As state revenues fall and concerns about the budget deficit grow, the cabinet is expected to vote on a tax-increase package Sunday designed to boost revenues in 2013 by between NIS 14.4 billion and NIS 15.4 billion.
The plan includes raising value added tax from 16% to 17% as of Wednesday. Meanwhile, many Israelis would see their income tax increase next year.
There is to be an across-the-board 5% cut in ministry spending this year, which provides a lower baseline for next year's budget. The 2013 budget is to feature a 3% spending cut.
Government sources say these cuts are necessary to fund projects such as a fence on the Egyptian border to stop migrants, as well as upgrades to the firefighting and civil defense systems. Most of the cabinet other than ministers from the ultra-Orthodox Shas party are expected to support the package.
The measures would let the government meet its 2013 budget deficit target and address the implications of the global economic crisis while maintaining growth and keeping unemployment in check, the Finance Ministry said on Friday. The government recently revised up next year's budget deficit target to 3% of gross domestic product. The ministry said the plan to be presented tomorrow was crafted over the past two weeks in consultation with Prime Minister Benjamin Netanyahu and Bank of Israel Governor Stanley Fischer.
"The steps the prime minister and finance minister have presented over the past several days are necessary to deal with the complicated economic situation the Israeli economy is facing," Fischer said.
"On the one hand, the world economy is in a difficult situation that has begun to affect the Israeli economy's growth, and there's even the possibility that in the near future we will need to address the consequences of a worsening euro zone crisis," he said.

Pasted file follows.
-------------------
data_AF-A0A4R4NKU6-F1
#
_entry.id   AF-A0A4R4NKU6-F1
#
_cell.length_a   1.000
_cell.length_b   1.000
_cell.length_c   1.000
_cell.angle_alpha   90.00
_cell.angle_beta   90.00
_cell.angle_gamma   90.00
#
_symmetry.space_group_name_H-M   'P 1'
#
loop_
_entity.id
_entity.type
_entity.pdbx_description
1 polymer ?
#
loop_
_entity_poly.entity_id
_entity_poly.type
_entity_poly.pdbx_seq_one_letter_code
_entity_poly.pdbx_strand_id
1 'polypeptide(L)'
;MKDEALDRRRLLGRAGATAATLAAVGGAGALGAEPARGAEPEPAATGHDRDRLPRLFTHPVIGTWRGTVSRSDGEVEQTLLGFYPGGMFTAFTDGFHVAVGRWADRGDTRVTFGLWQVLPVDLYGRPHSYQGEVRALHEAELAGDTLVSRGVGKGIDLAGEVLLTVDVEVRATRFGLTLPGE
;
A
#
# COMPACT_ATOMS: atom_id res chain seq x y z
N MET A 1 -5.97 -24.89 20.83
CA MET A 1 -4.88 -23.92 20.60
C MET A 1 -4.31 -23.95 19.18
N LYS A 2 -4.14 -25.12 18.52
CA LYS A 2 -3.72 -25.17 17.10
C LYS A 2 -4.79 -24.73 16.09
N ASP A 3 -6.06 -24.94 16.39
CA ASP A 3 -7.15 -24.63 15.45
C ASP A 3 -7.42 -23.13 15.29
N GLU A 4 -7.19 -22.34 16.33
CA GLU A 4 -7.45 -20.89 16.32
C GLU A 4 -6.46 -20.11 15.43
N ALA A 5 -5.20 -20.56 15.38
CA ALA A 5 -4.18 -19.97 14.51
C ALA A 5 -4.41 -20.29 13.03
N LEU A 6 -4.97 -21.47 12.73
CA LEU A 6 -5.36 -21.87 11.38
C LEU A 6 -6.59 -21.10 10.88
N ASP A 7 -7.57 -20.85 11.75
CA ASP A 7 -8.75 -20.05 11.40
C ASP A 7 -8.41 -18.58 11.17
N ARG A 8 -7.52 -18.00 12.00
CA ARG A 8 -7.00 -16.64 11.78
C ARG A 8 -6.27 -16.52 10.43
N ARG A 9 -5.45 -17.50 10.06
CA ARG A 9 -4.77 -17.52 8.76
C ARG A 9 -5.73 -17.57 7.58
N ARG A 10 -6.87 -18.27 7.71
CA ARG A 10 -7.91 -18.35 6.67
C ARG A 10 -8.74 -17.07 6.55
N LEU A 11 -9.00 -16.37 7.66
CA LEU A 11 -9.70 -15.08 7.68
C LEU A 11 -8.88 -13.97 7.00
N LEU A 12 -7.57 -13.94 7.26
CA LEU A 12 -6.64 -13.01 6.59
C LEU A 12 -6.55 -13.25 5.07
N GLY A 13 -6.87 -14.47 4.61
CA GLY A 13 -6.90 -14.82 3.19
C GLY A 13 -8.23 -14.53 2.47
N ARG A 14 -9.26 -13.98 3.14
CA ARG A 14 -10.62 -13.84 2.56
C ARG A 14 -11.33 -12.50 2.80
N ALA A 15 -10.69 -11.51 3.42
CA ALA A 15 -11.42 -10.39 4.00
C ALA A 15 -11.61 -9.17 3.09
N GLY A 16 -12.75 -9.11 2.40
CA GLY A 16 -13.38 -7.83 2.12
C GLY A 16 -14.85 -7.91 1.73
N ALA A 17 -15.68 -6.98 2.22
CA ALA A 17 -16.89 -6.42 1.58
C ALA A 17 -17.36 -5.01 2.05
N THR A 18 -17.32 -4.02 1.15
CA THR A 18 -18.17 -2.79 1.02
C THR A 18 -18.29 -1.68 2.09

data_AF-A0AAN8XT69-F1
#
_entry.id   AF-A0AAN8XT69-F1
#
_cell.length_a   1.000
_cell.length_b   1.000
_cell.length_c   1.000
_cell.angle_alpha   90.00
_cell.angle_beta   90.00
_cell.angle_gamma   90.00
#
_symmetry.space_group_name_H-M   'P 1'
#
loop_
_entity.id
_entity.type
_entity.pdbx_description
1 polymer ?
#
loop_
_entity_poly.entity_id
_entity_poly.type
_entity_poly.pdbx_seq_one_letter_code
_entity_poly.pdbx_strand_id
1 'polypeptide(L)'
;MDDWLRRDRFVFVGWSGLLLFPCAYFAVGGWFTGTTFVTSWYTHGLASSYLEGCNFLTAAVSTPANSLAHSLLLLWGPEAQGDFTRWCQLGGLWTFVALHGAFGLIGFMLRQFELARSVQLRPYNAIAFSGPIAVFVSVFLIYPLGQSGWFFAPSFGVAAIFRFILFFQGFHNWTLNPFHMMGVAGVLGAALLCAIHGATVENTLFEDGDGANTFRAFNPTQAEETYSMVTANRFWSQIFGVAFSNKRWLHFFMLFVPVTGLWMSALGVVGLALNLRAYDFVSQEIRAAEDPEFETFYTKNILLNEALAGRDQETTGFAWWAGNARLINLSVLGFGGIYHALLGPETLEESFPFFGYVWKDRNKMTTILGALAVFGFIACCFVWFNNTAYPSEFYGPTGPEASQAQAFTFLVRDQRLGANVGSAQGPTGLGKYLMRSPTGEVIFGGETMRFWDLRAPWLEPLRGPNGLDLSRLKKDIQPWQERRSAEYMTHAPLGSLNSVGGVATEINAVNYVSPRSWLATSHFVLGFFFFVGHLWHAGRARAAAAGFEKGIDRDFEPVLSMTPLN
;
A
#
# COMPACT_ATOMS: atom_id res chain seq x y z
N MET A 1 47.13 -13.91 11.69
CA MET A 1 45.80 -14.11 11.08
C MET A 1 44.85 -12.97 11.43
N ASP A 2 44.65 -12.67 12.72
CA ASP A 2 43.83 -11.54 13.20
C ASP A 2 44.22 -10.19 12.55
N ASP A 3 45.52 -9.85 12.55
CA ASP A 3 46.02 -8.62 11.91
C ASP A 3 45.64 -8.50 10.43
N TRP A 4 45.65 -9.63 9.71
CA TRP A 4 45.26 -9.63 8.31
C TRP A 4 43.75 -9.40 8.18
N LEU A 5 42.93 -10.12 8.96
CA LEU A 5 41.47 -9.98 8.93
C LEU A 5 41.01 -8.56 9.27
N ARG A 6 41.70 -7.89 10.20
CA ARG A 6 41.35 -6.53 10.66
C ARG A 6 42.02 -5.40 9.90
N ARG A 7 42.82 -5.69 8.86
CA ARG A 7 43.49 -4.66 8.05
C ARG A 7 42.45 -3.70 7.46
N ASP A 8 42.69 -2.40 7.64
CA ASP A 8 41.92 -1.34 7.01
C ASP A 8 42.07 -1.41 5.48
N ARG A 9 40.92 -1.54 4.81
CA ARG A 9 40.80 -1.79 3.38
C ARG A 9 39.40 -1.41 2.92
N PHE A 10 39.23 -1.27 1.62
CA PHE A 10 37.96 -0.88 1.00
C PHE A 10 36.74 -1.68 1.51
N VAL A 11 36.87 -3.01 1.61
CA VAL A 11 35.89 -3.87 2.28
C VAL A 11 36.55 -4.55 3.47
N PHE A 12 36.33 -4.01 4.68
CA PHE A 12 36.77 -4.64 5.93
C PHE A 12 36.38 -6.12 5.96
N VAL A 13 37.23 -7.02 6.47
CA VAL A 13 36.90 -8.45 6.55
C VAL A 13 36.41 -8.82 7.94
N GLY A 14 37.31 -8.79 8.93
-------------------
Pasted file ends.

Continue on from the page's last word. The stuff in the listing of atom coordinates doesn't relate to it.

"On the other hand, there are problems stemming from [Israel's] large budget deficit. If we don't deal with them, we will find ourselves in 2013 with an even larger state deficit."
Under these circumstances, the prime minister and finance minister's steps are "courageous and essential" to improve the budget situation in 2013, supporting growth, Fischer said. The Bank of Israel will continue its monetary policy of maintaining price stability, economic growth and the overall stability of the financial system, he said.
No need to ask the Knesset
Finance Ministry officials say the VAT hike from 16% to 17% will generate NIS 4.4 billion a year, but the figure is based on economic growth next year of 3.5%, which some economists consider optimistic. The VAT increase does not require the approval of the Knesset and can be pushed through following consultations between Finance Minister Yuval Steinitz and the Knesset Finance Committee.
The income tax hike involves a 1 percentage point increase on January 1 on everyone earning more than NIS 8,881 per month - the average wage. There would also be a 2% surtax on the wealthy. It would apply to everyone earning at least NIS 66,700 per month or NIS 800,000 from any source, including interest, dividend or investment income.
Netanyahu and Steinitz had opposed the surtax on the rich, but concluded that increasing taxes on the middle class without the surtax would be hard to defend.